Tasty

Tasty

The Art and Science of What We Eat

Book - 2015
Average Rating:
4
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A fascinating and deeply researched investigation into the mysteries of flavor--from the first bite taken by our ancestors to scientific advances in taste and the current "foodie" revolution.

Taste has long been considered the most basic of the five senses because its principal mission is a simple one: to discern food from everything else. Yet it's really the most complex and subtle. Taste is a whole-body experience, and breakthroughs in genetics and microbiology are casting light not just on the experience of french fries and foie gras, but the mysterious interplay of body and brain.

With reporting from kitchens, supermarkets, farms, restaurants, huge food corporations, and science labs, Tasty tells the story of the still-emerging concept of flavor and how our sense of taste will evolve in the coming decades. Tasty explains the scientific research taking place on multiple fronts: how genes shape our tastes; how hidden taste perceptions weave their way into every organ and system in the body; how the mind assembles flavors from the five senses and signals from body's metabolic systems; the quest to understand why sweetness tastes good and its dangerous addictive properties; why something disgusts one person and delights another; and what today's obsessions with extreme tastes tell us about the brain.

Brilliantly synthesizing science, ancient myth, philosophy, and literature, Tasty offers a delicious smorgasbord of where taste originated and where it's going--and why it changes by the day.
Publisher: New York : Scribner, 2015.
ISBN: 9781451685008
1451685009
Characteristics: 291 p. ; 24 cm.
Alternative Title: Art and science of what we eat

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susan_findlay
Feb 19, 2017

I'm not sure how to rate this book. It had some interesting anecdotes - but the overall 'story' was not particularly coherent, and I felt that many of the anecdotes were incomplete (like somebody at a cocktail party telling you stories they half remembered). So, on the one hand, I'm going to look up some of the references to read more about the more interesting anecdote but on the other hand, this book is making me do that because it didn't go into enough depth about them and jumped around too much.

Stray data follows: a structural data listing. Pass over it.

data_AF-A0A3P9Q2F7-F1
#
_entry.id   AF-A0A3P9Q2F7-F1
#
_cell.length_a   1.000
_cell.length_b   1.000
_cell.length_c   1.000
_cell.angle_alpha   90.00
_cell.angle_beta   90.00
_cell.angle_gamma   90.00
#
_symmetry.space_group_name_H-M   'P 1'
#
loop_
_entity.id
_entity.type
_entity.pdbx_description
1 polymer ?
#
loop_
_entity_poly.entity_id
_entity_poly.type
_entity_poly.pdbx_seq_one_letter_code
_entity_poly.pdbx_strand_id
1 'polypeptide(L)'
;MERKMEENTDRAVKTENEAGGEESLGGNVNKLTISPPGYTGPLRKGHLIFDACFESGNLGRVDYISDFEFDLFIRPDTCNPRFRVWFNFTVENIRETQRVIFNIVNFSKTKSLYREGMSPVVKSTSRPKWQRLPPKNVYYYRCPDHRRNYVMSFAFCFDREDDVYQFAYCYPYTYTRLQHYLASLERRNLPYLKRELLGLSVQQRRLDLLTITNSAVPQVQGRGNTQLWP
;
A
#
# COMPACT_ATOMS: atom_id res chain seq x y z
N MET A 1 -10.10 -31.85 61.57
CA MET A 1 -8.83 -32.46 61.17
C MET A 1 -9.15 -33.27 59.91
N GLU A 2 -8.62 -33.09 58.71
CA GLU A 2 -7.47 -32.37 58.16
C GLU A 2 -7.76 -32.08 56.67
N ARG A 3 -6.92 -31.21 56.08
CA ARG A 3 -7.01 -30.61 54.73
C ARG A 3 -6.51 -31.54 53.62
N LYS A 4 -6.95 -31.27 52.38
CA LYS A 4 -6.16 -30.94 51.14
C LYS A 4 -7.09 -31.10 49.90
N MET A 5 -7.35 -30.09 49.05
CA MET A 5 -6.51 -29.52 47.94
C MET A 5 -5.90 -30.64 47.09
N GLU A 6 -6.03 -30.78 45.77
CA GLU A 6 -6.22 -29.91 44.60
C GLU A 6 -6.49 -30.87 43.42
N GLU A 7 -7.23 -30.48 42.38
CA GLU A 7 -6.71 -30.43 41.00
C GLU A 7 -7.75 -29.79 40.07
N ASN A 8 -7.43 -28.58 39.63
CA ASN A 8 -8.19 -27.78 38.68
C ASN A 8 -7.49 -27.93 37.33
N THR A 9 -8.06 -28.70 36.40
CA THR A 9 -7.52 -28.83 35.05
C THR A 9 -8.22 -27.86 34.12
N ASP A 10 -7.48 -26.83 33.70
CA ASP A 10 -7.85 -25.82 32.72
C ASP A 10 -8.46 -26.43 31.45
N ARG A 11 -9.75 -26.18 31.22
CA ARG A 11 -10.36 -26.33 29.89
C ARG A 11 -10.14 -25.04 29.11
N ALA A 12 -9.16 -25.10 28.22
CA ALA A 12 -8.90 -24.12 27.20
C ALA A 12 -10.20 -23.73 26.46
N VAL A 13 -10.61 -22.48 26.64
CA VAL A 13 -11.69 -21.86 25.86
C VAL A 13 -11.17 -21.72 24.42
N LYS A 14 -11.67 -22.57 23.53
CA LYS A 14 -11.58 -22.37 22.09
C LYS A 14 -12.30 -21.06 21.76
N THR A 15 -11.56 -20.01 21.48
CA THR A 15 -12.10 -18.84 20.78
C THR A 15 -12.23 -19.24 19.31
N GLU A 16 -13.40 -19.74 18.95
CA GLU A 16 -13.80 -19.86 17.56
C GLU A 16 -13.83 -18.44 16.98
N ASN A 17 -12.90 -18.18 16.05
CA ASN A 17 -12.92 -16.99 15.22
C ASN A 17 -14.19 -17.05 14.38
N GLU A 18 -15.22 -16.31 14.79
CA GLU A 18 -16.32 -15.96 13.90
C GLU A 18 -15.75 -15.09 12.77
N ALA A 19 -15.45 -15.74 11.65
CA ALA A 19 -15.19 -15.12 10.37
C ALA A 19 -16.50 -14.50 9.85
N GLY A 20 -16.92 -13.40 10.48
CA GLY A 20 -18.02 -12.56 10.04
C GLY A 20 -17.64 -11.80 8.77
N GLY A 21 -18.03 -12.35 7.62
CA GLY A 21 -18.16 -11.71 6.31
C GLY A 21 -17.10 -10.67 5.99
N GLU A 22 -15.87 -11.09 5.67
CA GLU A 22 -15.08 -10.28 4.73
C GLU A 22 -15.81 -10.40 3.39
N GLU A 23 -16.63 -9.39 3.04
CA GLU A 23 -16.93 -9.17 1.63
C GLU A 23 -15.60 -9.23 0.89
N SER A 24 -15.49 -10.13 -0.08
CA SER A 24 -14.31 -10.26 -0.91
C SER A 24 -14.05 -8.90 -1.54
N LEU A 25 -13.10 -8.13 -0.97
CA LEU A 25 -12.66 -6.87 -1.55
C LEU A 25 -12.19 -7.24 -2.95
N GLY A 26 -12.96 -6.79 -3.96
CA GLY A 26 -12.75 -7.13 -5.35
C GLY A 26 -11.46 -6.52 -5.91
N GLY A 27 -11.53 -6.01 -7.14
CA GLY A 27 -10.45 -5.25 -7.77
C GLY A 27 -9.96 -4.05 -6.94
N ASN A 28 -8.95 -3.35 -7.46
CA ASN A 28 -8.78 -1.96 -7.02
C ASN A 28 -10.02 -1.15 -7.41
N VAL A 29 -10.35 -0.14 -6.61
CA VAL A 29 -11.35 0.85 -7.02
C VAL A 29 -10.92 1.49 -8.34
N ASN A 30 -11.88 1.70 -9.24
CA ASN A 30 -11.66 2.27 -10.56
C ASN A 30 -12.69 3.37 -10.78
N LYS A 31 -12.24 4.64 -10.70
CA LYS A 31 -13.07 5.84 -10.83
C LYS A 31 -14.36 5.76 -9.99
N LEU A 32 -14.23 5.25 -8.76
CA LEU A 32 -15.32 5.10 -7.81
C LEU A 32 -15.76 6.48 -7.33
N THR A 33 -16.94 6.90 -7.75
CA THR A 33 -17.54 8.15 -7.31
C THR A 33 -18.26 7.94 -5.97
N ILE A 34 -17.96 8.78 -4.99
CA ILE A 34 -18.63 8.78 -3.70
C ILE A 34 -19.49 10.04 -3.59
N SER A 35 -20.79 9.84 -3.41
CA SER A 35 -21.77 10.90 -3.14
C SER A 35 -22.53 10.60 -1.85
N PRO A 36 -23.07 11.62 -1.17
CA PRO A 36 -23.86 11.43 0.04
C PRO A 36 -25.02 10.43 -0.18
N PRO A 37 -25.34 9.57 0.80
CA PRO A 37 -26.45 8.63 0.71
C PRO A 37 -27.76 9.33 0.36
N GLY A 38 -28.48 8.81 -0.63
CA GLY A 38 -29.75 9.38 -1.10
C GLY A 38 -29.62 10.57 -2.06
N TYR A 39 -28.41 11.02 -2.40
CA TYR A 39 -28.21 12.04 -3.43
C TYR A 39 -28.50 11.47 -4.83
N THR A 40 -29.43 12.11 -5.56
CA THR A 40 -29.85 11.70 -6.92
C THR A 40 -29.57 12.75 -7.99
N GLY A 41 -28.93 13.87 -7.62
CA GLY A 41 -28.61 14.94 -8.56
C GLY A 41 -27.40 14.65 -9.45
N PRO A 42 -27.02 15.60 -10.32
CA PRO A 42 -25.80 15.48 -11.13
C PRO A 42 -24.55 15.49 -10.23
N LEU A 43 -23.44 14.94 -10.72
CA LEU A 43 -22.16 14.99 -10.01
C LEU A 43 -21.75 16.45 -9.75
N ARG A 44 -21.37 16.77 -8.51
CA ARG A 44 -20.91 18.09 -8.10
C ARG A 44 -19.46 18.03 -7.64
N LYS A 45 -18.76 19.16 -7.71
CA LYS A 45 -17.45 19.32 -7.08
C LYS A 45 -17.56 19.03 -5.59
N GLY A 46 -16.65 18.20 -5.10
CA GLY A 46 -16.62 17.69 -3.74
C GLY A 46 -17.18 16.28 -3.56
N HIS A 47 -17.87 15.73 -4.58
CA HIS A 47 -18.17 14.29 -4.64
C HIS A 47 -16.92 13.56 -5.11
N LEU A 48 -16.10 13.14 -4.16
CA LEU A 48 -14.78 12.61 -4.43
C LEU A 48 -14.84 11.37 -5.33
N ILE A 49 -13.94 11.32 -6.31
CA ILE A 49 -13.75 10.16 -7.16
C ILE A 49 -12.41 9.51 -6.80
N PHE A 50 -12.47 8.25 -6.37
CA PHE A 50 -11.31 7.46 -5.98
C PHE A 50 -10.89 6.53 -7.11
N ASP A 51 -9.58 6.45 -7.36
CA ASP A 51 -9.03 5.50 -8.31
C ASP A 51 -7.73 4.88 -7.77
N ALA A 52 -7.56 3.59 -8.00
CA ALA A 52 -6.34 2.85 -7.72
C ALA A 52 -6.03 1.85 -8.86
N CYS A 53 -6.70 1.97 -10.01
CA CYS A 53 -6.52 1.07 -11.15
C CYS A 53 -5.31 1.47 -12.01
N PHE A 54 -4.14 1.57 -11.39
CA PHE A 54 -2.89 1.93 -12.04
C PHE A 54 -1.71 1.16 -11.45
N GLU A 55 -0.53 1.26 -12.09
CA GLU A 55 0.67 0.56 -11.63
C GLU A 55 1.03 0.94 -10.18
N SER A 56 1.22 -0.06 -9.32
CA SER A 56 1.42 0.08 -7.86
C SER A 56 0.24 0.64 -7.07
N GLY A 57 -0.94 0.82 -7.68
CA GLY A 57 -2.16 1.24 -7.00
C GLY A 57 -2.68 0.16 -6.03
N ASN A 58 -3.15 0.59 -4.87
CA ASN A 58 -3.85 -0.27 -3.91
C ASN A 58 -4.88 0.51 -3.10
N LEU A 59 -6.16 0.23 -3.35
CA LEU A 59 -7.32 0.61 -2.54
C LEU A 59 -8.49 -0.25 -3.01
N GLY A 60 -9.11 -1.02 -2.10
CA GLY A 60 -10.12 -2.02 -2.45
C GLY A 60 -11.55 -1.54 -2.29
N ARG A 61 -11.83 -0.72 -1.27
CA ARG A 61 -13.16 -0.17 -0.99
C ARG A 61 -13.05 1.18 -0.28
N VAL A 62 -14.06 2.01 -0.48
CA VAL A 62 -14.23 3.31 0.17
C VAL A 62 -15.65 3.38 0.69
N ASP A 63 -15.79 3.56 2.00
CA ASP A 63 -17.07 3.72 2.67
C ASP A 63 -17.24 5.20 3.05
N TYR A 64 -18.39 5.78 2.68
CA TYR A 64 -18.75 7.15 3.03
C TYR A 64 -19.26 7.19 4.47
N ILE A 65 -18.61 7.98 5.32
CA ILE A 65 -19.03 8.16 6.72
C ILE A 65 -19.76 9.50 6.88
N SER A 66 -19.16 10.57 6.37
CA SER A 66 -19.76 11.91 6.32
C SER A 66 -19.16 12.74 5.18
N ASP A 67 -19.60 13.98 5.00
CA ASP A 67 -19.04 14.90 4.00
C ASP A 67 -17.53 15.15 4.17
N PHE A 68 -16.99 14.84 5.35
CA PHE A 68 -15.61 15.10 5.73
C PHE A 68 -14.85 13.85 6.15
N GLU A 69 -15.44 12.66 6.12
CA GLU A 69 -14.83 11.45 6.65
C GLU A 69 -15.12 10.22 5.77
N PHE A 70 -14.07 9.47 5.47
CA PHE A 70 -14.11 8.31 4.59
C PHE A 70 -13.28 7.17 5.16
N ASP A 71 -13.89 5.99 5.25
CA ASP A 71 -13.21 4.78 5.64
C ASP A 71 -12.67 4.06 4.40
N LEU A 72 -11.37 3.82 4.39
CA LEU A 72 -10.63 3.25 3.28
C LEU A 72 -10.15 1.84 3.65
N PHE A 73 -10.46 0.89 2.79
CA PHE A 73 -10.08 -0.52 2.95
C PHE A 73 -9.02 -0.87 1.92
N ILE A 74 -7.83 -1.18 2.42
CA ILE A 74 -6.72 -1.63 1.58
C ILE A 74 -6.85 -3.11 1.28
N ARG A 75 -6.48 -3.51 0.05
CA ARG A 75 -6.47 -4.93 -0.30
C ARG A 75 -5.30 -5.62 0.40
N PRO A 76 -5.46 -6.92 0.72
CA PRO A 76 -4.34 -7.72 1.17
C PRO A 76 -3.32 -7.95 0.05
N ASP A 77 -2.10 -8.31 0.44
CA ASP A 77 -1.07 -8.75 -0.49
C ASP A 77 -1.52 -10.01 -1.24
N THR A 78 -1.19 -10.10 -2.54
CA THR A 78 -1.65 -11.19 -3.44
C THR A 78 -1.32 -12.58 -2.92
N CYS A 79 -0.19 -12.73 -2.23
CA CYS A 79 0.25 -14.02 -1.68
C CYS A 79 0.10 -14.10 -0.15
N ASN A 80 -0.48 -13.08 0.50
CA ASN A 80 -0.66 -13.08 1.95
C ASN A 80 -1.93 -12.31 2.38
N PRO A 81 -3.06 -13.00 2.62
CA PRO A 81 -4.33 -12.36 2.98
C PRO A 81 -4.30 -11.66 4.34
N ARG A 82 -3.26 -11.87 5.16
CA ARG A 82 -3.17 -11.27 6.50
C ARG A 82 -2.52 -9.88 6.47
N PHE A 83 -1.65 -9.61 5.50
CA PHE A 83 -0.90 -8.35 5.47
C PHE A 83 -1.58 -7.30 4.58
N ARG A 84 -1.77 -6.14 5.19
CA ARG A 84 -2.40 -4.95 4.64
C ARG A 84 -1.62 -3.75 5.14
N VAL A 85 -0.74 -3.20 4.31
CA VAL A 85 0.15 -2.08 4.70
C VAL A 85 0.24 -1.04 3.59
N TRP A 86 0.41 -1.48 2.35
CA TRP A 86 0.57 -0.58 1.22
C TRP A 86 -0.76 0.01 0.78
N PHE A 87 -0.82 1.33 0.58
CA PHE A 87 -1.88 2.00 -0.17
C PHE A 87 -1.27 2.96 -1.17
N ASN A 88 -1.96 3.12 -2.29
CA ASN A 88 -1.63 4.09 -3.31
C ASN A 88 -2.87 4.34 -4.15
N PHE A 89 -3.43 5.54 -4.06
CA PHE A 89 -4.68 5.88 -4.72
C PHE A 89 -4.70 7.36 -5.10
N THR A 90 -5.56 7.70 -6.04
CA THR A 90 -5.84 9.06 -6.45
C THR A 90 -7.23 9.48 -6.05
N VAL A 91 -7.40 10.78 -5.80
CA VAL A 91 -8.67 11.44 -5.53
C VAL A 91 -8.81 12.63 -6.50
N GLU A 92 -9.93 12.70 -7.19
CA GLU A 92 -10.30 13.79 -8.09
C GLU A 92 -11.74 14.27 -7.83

a
anchoa4
Mar 01, 2015

pulitzer

ksoles Jan 27, 2015

A new addition to the "why X explains human behaviour" genre, "Tasty" argues that our sense of taste has shaped us into a restless, curious species that dominates the planet, suffers from high rates of disease and groups itself according to meal preference. Pulitzer-winning science writer John McQuaid's engaging book abolishes the biased view of taste as the crudest and least interesting of the senses. Instead, McQuaid tells of taste's power to create giant industry, enforce social norms, and shorten life spans. He writes: “More than vision, or hearing, or even sex, flavor is the most important ingredient at the core of what we are. It created us.”

Perusing the pages of "Tasty," you’ll learn that recognizing bitterness has proved more crucial to the development of advanced life-forms than any other flavour; hence, the human mouth has only three types of receptors for sweetness but 23 for bitterness. You'll learn that taste drove the domestication of animals and new technologies such as fire. You'll learn how entrepreneurs try to crack taste's codes.

McQuaid leaves much unsaid on this vast topic and admits that much remains unknown. But he certainly proves his talent for vivid metaphor and deftly explains often complicated research. He looks at the quandary of why human beings take pleasure in eating painfully spicy food, possibly as a way to feed our hunger for risk and arousal without risking actual bodily harm. Ultimately, McQuaid shows that, “Flavour...is only the capstone of a vast, hidden system.”

d
delfon
Jan 24, 2015

http://www.theglobeandmail.com/arts/books-and-media/book-reviews/in-depth-research-and-a-sense-of-narrative-sweeten-tasty-the-art-and-science-of-what-we-eat/article22606048/

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